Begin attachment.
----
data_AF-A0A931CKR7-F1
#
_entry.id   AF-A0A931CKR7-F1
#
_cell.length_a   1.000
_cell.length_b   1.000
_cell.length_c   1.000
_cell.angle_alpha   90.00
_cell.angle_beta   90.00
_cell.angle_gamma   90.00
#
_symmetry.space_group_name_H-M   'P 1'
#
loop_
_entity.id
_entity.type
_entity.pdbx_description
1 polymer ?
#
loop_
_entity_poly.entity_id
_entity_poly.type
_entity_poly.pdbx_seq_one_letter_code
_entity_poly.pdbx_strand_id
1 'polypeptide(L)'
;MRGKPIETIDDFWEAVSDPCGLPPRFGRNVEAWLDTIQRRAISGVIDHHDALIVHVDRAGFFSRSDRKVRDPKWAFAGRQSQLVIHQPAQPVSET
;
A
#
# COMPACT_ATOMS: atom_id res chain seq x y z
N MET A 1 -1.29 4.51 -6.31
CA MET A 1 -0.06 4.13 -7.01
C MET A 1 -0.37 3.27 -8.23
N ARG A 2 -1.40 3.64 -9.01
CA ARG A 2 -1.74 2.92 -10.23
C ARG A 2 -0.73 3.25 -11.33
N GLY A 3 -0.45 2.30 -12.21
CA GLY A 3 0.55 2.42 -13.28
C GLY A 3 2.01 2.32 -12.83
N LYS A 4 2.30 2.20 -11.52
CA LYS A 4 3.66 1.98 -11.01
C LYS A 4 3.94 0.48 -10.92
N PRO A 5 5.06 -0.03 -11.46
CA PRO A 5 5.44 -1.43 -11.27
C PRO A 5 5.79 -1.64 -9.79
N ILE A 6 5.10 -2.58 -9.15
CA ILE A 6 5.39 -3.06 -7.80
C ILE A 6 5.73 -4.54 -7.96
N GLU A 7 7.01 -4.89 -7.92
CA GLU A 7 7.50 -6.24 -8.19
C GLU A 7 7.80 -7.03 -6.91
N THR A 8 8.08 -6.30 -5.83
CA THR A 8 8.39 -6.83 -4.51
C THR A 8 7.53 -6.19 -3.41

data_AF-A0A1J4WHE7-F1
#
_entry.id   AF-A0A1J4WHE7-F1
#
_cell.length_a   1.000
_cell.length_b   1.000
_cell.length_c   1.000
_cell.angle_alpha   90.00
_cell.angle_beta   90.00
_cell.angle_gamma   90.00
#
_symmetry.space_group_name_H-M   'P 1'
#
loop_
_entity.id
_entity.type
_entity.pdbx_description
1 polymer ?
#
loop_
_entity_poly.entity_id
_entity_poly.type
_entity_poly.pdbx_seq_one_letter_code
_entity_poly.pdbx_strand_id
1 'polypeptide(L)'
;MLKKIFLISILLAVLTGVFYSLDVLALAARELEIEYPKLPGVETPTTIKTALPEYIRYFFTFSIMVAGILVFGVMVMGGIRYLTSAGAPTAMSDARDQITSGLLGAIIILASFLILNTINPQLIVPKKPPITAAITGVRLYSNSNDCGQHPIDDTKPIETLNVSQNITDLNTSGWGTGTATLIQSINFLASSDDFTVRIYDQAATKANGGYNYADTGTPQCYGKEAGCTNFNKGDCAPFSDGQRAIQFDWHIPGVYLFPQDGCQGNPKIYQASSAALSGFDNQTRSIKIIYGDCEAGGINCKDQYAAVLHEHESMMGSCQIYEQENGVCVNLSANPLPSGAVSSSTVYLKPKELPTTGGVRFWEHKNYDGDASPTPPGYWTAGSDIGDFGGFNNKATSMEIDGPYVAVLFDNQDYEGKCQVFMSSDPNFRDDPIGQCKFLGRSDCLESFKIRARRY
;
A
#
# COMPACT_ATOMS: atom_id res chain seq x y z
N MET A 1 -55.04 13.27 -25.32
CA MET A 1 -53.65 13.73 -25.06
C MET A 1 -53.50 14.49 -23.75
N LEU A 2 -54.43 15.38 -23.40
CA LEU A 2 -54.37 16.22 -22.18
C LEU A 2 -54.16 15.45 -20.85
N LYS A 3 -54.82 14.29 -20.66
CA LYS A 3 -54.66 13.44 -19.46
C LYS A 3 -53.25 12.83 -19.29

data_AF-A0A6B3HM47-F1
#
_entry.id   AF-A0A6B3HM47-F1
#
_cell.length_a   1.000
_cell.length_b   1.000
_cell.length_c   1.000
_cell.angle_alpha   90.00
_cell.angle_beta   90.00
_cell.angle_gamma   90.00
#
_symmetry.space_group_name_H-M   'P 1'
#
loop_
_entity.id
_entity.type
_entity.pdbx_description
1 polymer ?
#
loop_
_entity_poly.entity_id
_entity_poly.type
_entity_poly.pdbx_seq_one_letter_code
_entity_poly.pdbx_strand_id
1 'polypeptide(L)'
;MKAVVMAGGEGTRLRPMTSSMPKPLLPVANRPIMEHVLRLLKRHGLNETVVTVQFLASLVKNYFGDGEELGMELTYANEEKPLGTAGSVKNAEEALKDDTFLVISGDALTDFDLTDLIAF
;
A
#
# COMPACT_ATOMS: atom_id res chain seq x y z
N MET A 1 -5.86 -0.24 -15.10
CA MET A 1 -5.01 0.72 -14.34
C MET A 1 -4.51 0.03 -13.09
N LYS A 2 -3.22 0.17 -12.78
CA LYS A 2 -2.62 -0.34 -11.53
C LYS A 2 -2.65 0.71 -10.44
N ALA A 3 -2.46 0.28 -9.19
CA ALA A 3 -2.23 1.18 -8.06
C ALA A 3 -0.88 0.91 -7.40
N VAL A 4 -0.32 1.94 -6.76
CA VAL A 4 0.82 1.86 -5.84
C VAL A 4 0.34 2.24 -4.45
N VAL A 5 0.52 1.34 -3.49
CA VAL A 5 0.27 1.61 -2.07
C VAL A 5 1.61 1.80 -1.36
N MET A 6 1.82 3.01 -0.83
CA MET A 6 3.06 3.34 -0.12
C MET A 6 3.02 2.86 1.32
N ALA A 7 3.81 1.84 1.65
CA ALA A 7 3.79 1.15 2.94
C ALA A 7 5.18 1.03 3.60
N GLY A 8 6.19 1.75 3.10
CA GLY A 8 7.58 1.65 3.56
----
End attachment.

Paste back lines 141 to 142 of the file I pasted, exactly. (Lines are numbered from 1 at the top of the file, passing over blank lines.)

C MET A 6 3.02 2.86 1.32
N ALA A 7 3.81 1.84 1.65